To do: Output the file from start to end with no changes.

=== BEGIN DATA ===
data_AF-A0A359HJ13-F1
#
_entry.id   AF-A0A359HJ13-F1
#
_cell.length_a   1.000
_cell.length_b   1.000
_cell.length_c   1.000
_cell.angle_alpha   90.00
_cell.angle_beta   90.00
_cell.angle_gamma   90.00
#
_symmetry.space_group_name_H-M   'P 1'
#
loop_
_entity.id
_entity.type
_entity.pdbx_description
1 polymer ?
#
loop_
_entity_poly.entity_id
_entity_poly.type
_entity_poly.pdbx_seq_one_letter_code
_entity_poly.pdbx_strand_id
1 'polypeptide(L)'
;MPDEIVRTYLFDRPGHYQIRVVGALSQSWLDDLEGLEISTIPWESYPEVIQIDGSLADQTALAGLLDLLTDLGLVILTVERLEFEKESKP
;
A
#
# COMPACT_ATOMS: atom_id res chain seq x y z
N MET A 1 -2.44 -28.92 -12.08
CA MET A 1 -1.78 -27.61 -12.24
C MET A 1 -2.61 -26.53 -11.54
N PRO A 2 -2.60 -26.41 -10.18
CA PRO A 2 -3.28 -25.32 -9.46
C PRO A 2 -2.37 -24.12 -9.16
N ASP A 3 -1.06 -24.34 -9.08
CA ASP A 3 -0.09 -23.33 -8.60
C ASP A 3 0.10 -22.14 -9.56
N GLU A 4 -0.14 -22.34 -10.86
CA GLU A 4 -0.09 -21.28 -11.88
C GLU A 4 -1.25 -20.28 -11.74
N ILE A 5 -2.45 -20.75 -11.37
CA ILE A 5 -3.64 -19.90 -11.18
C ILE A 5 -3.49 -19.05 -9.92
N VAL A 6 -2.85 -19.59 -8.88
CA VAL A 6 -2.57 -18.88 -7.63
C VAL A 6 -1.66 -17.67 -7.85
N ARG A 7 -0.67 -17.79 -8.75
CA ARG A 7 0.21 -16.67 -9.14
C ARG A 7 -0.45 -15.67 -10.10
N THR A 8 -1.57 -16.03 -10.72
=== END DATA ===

data_AF-A0A359HJ13-F1
#
_entry.id   AF-A0A359HJ13-F1
#
_cell.length_a   1.000
_cell.length_b   1.000
_cell.length_c   1.000
_cell.angle_alpha   90.00
_cell.angle_beta   90.00
_cell.angle_gamma   90.00
#
_symmetry.space_group_name_H-M   'P 1'
#
loop_
_entity.id
_entity.type
_entity.pdbx_description
1 polymer ?
#
loop_
_entity_poly.entity_id
_entity_poly.type
_entity_poly.pdbx_seq_one_letter_code
_entity_poly.pdbx_strand_id
1 'polypeptide(L)'
;MPDEIVRTYLFDRPGHYQIRVVGALSQSWLDDLEGLEISTIPWESYPEVIQIDGSLADQTALAGLLDLLTDLGLVILTVERLEFEKESKP
;
A
#
# COMPACT_ATOMS: atom_id res chain seq x y z
N MET A 1 -2.44 -28.92 -12.08
CA MET A 1 -1.78 -27.61 -12.24
C MET A 1 -2.61 -26.53 -11.54
N PRO A 2 -2.60 -26.41 -10.18
CA PRO A 2 -3.28 -25.32 -9.46
C PRO A 2 -2.37 -24.12 -9.16
N ASP A 3 -1.06 -24.34 -9.08
CA ASP A 3 -0.09 -23.33 -8.60
C ASP A 3 0.10 -22.14 -9.56
N GLU A 4 -0.14 -22.34 -10.86
CA GLU A 4 -0.09 -21.28 -11.88
C GLU A 4 -1.25 -20.28 -11.74
N ILE A 5 -2.45 -20.75 -11.37
CA ILE A 5 -3.64 -19.90 -11.18
C ILE A 5 -3.49 -19.05 -9.92
N VAL A 6 -2.85 -19.59 -8.88
CA VAL A 6 -2.57 -18.88 -7.63
C VAL A 6 -1.66 -17.67 -7.85
N ARG A 7 -0.67 -17.79 -8.75
CA ARG A 7 0.21 -16.67 -9.14
C ARG A 7 -0.45 -15.67 -10.10
N THR A 8 -1.57 -16.03 -10.72